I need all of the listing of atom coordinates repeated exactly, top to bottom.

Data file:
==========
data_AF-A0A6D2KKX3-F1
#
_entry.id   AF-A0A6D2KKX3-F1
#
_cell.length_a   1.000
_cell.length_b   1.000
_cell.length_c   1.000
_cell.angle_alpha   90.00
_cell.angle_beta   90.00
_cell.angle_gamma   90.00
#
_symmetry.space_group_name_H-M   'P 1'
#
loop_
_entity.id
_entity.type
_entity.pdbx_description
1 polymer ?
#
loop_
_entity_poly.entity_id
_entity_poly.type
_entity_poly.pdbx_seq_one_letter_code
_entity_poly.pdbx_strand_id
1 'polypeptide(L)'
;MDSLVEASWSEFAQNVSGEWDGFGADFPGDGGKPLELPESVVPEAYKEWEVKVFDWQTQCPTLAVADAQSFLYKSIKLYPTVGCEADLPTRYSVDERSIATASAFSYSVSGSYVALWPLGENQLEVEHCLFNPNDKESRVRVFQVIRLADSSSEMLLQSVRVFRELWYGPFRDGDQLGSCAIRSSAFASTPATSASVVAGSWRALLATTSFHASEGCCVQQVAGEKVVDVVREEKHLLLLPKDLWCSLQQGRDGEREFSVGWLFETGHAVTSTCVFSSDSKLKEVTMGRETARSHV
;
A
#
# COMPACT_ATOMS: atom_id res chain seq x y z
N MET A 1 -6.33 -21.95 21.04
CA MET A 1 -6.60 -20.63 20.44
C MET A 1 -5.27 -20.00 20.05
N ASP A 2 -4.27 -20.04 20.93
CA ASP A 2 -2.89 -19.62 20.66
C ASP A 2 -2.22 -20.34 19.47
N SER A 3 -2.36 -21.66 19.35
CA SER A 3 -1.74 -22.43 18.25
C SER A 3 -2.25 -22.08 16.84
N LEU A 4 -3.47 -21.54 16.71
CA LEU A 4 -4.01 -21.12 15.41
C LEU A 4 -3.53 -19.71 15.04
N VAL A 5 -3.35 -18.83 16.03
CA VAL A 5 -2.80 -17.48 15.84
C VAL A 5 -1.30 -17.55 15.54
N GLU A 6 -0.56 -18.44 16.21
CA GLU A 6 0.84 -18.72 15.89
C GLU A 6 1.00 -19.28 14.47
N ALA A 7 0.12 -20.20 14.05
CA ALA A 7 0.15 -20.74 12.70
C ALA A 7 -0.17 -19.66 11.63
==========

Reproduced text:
data_AF-A0A6D2KKX3-F1
#
_entry.id   AF-A0A6D2KKX3-F1
#
_cell.length_a   1.000
_cell.length_b   1.000
_cell.length_c   1.000
_cell.angle_alpha   90.00
_cell.angle_beta   90.00
_cell.angle_gamma   90.00
#
_symmetry.space_group_name_H-M   'P 1'
#
loop_
_entity.id
_entity.type
_entity.pdbx_description
1 polymer ?
#
loop_
_entity_poly.entity_id
_entity_poly.type
_entity_poly.pdbx_seq_one_letter_code
_entity_poly.pdbx_strand_id
1 'polypeptide(L)'
;MDSLVEASWSEFAQNVSGEWDGFGADFPGDGGKPLELPESVVPEAYKEWEVKVFDWQTQCPTLAVADAQSFLYKSIKLYPTVGCEADLPTRYSVDERSIATASAFSYSVSGSYVALWPLGENQLEVEHCLFNPNDKESRVRVFQVIRLADSSSEMLLQSVRVFRELWYGPFRDGDQLGSCAIRSSAFASTPATSASVVAGSWRALLATTSFHASEGCCVQQVAGEKVVDVVREEKHLLLLPKDLWCSLQQGRDGEREFSVGWLFETGHAVTSTCVFSSDSKLKEVTMGRETARSHV
;
A
#
# COMPACT_ATOMS: atom_id res chain seq x y z
N MET A 1 -6.33 -21.95 21.04
CA MET A 1 -6.60 -20.63 20.44
C MET A 1 -5.27 -20.00 20.05
N ASP A 2 -4.27 -20.04 20.93
CA ASP A 2 -2.89 -19.62 20.66
C ASP A 2 -2.22 -20.34 19.47
N SER A 3 -2.36 -21.66 19.35
CA SER A 3 -1.74 -22.43 18.25
C SER A 3 -2.25 -22.08 16.84
N LEU A 4 -3.47 -21.54 16.71
CA LEU A 4 -4.01 -21.12 15.41
C LEU A 4 -3.53 -19.71 15.04
N VAL A 5 -3.35 -18.83 16.03
CA VAL A 5 -2.80 -17.48 15.84
C VAL A 5 -1.30 -17.55 15.54
N GLU A 6 -0.56 -18.44 16.21
CA GLU A 6 0.84 -18.72 15.89
C GLU A 6 1.00 -19.28 14.47
N ALA A 7 0.12 -20.20 14.05
CA ALA A 7 0.15 -20.74 12.70
C ALA A 7 -0.17 -19.66 11.63